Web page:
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Numerous positive reviews of "Baudelaire's Revenge"

“Baudelaire’s Revenge” generates dozens of positive  reviews in the US.  The boldness of this cross-over between literature and the crime novel is an eye-opener for many American reviewers. The Historical Novel Society  concisely summarizes: Beautifully written and deftly translated,Baudelaire’s Revenge” mixes the mystery of the crime novel with the sophistication of a philosophical treatise… If you want to read more reviews, you can take a look under the heading “Crime Novels”.

BLOG: “Baudelaire’s Revenge": The Sexual Urges of the Doomed Poet

Portrait of Baudelaire 

 

“I’m very fond of your  vintage style, which reminds me of Flaubert, Poe, and Conan Doyle,” a female American reader wrote me after the publication of Baudelaire’s Revenge in the US, the translation of my novel "De wraak van Baudelaire” which won me the Hercule Poirot Prize for best suspense novel of the year in The Low Lands. “But you are a pervert, sir, and you should be ashamed of yourself. You could be a great writer if you weren’t so obsessed with sexual filth!”

I was confronted with the classic error of a reader who identifies the author with his characters.

It’s true: especially by the standards of today, Charles Baudelaire was a sexual pervert.  In the 19th century, artists cloaked their exotic and erotic urges – which always go hand in hand – in the newfound worship of individuality.  Baudelaire’s poetic credo was the desire to “explore the depths of the human soul.” The notorious aesthete Joris-Karl Huysmans wrote in Against Nature: ”Baudelaire has descended to the bottom of the inexhaustible mine, had picked his way along abandoned or unexplored galleries, and had finally reached those districts of the soul where the monstrous vegetations of the sick mind flourish.”   The “Prince of Paris,” as Charles was called in his lifetime, the dandy, the modernist, the sex addict, lived in fact a sad and tragic life despite his quest for ecstasy and his overblown sense of self-importance. The dismal thing was that Baudelaire himself knew it and used his own propensities to fuel his literary work, simultaneously glorifying his desire for the forbidden.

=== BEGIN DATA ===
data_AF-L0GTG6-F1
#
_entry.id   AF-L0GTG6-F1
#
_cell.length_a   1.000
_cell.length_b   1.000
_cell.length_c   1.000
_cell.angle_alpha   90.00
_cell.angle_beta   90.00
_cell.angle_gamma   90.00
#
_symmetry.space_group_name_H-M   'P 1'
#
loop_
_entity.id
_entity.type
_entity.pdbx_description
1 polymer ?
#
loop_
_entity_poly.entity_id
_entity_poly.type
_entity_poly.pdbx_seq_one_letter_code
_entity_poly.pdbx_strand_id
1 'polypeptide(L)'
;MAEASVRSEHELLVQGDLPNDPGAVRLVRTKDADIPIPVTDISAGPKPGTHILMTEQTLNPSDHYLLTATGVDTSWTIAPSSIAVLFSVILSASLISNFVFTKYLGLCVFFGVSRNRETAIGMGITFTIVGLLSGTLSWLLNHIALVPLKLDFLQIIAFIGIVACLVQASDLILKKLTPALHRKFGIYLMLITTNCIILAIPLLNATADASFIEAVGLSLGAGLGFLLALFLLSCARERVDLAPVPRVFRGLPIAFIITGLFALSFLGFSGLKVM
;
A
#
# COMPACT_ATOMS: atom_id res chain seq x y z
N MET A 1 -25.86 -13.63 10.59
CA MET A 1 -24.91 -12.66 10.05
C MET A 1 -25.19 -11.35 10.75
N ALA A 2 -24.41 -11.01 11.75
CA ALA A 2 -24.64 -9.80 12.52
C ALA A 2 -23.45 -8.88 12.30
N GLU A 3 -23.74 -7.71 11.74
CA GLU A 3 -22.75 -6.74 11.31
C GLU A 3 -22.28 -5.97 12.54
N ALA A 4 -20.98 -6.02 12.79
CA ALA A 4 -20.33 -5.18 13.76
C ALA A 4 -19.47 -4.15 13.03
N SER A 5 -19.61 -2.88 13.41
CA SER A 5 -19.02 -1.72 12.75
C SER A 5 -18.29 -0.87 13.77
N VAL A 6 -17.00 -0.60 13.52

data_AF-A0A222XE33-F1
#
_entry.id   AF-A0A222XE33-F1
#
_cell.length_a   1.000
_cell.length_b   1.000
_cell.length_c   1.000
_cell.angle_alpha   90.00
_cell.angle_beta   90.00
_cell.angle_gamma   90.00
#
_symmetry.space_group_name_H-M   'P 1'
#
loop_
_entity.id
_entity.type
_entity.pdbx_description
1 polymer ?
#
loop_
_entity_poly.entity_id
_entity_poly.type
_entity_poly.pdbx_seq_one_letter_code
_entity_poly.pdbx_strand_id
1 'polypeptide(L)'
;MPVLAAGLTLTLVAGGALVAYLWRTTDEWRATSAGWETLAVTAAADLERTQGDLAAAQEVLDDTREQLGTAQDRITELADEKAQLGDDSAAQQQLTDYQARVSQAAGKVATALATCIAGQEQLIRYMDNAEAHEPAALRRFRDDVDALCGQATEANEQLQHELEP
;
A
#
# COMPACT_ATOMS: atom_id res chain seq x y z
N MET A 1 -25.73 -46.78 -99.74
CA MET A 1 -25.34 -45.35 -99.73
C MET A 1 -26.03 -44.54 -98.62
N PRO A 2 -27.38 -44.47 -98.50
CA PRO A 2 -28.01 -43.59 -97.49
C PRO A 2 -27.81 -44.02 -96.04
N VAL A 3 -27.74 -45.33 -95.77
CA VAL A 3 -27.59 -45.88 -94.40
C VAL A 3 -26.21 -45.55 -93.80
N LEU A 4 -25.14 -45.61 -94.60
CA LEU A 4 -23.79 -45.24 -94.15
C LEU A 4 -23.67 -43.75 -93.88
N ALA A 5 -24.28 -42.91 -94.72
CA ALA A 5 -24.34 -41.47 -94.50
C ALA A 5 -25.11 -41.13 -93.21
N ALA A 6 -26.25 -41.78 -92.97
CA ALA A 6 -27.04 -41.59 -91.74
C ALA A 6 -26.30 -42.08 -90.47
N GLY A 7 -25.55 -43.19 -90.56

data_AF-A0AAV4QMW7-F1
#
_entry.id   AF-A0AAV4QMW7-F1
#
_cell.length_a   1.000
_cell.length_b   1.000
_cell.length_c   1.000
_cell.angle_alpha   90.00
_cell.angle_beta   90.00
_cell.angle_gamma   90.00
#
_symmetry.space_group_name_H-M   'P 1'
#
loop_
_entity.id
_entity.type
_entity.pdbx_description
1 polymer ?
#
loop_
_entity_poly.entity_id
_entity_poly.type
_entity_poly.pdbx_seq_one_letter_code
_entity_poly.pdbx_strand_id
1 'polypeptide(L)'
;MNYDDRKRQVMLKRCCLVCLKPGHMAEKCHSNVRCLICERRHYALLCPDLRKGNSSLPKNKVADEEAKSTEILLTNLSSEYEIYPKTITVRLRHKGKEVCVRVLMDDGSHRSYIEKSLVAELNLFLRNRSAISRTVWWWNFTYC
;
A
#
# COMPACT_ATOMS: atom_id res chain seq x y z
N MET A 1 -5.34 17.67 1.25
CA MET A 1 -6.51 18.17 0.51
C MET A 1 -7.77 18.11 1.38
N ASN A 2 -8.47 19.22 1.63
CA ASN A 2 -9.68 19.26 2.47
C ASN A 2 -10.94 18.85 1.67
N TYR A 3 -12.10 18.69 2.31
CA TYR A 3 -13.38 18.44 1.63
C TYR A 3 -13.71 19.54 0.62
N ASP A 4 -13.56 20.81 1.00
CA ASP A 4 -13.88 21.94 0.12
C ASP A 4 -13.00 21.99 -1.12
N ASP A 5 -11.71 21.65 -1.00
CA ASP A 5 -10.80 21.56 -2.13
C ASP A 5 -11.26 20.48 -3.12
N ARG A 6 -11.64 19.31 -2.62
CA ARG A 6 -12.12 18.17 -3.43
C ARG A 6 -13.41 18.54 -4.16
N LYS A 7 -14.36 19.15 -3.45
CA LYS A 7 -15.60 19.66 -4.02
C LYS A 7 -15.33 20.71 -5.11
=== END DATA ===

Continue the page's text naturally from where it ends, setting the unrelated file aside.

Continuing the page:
The poet who wrote, “The devil pulls the strings which makes us dance/We find delight in the most loathsome things/Some furtherance of Hell each new day brings/and yet we feel no horror in that rank advance.” was  – in a twisted way – proud to be addicted to “a fistful of vices,” regularly brothel visits being just one of them.

The only dream Baudelaire ever recorded was about a visit to a “great madam’s house of prostitution” that was at the same time "a kind of museum of medicine." In his dream, he wanted to present a copy of his newly published book to the madam - in Baudelaire’s Revenge he does the same, with far-reaching consequences. This mixture of art and debauchery was typical for him and, to a lesser degree, for the extended art community, especially in Paris, at that time. The modernists had an outlook on life and art that Baudelaire summed up like this: “An artist is only answerable to himself. He promises nothing to the centuries to come, save his own works. He stands caution only for himself. He dies childless. He has been his own king, his own priest, and his own god.”